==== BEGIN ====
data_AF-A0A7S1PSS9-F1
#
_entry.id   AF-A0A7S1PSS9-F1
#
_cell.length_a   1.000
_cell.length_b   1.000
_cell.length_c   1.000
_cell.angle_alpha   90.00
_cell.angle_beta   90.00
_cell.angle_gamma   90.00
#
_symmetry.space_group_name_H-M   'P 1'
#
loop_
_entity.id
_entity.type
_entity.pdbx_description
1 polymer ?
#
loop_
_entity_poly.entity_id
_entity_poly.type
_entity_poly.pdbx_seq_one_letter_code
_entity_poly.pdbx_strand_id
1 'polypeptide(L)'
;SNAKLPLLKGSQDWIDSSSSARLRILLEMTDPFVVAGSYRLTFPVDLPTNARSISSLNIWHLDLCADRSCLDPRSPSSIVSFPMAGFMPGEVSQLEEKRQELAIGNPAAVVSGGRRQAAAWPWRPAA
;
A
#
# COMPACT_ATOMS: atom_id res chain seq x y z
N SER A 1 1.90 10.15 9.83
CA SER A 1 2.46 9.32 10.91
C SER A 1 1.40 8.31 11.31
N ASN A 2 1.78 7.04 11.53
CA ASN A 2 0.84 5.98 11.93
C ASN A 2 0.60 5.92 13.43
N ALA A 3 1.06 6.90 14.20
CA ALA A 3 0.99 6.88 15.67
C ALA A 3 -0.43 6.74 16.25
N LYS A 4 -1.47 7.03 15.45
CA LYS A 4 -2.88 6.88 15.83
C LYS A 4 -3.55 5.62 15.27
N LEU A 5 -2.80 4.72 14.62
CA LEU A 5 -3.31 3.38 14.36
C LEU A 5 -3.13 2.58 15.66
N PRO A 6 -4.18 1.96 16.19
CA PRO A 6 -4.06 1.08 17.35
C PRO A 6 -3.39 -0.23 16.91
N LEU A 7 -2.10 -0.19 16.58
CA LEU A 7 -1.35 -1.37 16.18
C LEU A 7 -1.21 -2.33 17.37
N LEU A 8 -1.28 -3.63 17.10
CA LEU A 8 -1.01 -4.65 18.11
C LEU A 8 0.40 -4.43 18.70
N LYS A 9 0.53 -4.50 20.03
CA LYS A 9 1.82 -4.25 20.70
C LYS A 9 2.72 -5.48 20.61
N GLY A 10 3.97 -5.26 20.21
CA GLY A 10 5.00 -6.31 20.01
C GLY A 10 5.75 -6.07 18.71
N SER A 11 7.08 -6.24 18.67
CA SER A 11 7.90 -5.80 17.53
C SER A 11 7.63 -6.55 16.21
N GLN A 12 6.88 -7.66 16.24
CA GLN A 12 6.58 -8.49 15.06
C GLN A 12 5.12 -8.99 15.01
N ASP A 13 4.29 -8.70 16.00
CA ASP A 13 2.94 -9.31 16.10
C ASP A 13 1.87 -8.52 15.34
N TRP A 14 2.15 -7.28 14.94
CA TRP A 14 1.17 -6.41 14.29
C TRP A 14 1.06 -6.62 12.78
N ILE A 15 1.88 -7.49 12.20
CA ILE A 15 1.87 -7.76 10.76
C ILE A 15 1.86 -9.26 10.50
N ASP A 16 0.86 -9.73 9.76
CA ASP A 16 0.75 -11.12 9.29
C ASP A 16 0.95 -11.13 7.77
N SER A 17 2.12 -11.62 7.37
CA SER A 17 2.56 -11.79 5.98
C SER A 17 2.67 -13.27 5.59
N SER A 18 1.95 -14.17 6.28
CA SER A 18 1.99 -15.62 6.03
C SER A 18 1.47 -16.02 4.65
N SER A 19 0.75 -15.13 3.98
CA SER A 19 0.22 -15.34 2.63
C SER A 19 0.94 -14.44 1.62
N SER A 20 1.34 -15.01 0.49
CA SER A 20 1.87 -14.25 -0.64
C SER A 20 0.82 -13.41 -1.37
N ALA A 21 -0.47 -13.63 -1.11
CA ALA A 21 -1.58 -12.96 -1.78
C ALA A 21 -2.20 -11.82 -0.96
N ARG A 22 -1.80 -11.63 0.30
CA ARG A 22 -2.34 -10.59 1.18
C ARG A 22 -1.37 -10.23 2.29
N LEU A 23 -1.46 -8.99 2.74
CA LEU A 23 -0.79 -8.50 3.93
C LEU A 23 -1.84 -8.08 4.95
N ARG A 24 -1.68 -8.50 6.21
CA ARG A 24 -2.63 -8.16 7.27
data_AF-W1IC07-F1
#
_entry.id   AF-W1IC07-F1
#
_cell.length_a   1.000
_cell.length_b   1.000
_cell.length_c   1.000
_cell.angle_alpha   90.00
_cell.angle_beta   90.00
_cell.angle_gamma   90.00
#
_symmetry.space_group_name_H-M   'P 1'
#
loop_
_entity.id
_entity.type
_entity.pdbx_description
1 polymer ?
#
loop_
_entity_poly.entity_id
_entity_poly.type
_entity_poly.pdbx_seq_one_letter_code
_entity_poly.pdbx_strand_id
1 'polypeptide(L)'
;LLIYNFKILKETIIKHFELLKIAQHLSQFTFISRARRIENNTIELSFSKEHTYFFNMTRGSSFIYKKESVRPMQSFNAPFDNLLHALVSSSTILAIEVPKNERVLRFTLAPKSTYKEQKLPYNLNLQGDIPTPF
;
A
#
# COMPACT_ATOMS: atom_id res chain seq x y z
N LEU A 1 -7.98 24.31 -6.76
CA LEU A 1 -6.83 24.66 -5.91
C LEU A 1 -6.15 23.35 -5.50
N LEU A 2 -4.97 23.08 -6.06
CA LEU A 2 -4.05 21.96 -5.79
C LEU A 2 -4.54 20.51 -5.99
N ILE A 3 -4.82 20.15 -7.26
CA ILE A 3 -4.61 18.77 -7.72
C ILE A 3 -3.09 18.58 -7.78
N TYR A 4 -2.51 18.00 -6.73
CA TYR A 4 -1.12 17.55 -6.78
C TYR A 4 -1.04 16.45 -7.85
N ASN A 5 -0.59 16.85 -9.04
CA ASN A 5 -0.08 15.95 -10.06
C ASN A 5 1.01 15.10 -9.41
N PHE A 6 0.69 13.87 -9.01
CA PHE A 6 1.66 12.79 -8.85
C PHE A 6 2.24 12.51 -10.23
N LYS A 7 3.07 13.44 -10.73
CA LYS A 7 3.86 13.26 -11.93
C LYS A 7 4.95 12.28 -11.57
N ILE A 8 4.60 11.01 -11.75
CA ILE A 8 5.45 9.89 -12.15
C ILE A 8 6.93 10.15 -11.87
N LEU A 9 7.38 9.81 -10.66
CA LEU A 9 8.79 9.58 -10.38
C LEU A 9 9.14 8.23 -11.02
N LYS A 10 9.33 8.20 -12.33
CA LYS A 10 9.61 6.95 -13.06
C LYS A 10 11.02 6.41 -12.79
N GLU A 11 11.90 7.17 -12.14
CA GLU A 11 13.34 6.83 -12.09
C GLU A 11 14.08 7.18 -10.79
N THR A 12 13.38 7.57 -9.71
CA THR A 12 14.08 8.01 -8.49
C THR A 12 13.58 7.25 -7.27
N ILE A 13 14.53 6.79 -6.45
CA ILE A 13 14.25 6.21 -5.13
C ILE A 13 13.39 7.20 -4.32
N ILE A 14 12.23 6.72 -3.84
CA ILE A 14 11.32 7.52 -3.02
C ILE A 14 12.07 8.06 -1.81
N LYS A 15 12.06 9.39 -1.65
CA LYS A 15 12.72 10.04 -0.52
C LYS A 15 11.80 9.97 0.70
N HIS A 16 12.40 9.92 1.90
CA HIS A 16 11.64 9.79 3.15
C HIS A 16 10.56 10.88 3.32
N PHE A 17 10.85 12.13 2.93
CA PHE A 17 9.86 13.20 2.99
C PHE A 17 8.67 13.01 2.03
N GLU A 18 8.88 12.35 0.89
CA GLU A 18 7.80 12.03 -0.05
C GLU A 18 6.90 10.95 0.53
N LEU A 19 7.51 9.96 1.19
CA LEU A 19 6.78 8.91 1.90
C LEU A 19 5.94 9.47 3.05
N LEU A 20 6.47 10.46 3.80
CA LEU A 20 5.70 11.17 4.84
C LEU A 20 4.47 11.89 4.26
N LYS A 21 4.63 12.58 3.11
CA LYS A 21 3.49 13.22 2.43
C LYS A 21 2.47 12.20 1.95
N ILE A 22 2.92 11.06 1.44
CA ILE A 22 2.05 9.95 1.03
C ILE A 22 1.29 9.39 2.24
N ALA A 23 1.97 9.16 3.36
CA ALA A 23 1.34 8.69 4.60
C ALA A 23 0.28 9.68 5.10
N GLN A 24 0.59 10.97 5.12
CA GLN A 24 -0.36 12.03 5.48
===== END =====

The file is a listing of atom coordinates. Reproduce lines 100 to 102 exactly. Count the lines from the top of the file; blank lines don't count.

N ARG A 24 -1.68 -8.50 6.21
CA ARG A 24 -2.63 -8.16 7.27
data_AF-W1IC07-F1